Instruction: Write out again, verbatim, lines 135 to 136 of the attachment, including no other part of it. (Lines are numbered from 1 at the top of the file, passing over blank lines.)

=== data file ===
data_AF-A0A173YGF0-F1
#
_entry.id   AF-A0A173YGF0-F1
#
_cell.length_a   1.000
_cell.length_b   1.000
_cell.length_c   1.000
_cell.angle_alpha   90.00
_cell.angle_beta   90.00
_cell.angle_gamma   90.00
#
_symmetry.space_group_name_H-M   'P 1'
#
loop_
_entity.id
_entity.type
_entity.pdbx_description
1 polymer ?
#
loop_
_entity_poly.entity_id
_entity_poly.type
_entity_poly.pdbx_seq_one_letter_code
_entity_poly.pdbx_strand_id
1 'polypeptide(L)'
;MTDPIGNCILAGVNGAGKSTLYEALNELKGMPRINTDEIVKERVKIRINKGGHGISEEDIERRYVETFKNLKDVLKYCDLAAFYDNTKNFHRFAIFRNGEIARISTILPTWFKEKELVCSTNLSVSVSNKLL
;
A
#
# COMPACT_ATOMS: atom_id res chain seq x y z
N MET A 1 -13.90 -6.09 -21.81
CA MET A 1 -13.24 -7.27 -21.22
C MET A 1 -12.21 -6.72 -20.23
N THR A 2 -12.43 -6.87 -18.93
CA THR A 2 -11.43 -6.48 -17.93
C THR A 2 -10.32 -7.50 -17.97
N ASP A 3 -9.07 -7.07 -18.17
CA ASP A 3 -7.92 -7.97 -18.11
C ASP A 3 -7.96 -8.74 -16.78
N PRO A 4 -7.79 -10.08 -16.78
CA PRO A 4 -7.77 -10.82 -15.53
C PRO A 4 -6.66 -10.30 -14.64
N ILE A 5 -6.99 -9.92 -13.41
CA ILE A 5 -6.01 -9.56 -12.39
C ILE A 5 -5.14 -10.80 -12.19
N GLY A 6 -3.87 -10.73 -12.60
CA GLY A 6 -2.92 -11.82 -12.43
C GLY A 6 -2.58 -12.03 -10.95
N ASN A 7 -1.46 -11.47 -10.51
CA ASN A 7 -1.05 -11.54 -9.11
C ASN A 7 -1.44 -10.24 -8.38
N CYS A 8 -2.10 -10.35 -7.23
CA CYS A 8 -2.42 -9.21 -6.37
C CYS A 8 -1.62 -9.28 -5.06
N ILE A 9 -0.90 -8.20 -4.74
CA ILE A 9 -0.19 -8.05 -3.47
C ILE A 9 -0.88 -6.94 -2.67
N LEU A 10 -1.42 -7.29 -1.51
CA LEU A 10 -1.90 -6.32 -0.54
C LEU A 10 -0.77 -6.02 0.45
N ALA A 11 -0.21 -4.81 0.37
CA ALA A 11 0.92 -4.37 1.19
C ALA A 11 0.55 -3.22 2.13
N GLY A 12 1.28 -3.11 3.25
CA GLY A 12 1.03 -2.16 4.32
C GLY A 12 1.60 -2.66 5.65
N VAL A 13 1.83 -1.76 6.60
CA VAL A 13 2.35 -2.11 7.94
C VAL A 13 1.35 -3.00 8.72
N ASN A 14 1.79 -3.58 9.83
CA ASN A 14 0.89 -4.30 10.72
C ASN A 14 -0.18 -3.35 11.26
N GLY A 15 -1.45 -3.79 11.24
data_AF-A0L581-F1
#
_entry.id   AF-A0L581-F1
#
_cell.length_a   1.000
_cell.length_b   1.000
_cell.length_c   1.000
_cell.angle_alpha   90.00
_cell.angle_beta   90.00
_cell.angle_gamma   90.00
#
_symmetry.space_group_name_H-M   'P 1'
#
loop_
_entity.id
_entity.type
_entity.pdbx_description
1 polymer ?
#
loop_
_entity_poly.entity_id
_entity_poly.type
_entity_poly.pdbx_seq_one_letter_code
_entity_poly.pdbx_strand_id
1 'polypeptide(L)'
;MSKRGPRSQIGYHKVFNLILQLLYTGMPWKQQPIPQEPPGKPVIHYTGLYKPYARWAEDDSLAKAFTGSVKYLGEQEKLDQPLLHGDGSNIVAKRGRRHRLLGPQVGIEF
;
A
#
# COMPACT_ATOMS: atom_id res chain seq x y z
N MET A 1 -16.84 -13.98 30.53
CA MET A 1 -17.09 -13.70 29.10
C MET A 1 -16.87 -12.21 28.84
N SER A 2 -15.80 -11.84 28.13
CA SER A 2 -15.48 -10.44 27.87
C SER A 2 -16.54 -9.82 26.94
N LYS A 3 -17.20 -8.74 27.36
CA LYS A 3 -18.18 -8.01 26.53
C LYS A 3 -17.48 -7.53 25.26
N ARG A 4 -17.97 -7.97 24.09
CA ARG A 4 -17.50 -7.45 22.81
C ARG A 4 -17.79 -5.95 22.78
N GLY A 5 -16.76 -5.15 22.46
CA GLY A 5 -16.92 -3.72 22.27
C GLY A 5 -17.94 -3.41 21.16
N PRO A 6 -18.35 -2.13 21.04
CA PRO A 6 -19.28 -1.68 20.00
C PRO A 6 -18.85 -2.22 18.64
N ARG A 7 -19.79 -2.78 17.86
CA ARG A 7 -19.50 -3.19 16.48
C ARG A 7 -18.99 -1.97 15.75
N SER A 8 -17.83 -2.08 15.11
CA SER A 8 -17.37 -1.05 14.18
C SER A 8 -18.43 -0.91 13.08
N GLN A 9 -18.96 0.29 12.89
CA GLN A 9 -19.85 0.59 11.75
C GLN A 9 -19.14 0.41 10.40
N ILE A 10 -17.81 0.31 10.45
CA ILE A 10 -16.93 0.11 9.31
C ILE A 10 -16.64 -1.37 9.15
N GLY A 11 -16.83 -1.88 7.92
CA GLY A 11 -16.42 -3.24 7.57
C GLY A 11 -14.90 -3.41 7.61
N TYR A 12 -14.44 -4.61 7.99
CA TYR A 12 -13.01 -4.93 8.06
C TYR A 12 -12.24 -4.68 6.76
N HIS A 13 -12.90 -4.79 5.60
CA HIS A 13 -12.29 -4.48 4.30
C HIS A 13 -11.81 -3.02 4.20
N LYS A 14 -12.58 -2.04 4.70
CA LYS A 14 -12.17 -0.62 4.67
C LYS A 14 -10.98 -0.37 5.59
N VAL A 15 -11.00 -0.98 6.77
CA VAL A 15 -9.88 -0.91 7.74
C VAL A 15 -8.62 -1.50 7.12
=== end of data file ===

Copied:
CA GLY A 11 -16.42 -3.24 7.57
C GLY A 11 -14.90 -3.41 7.61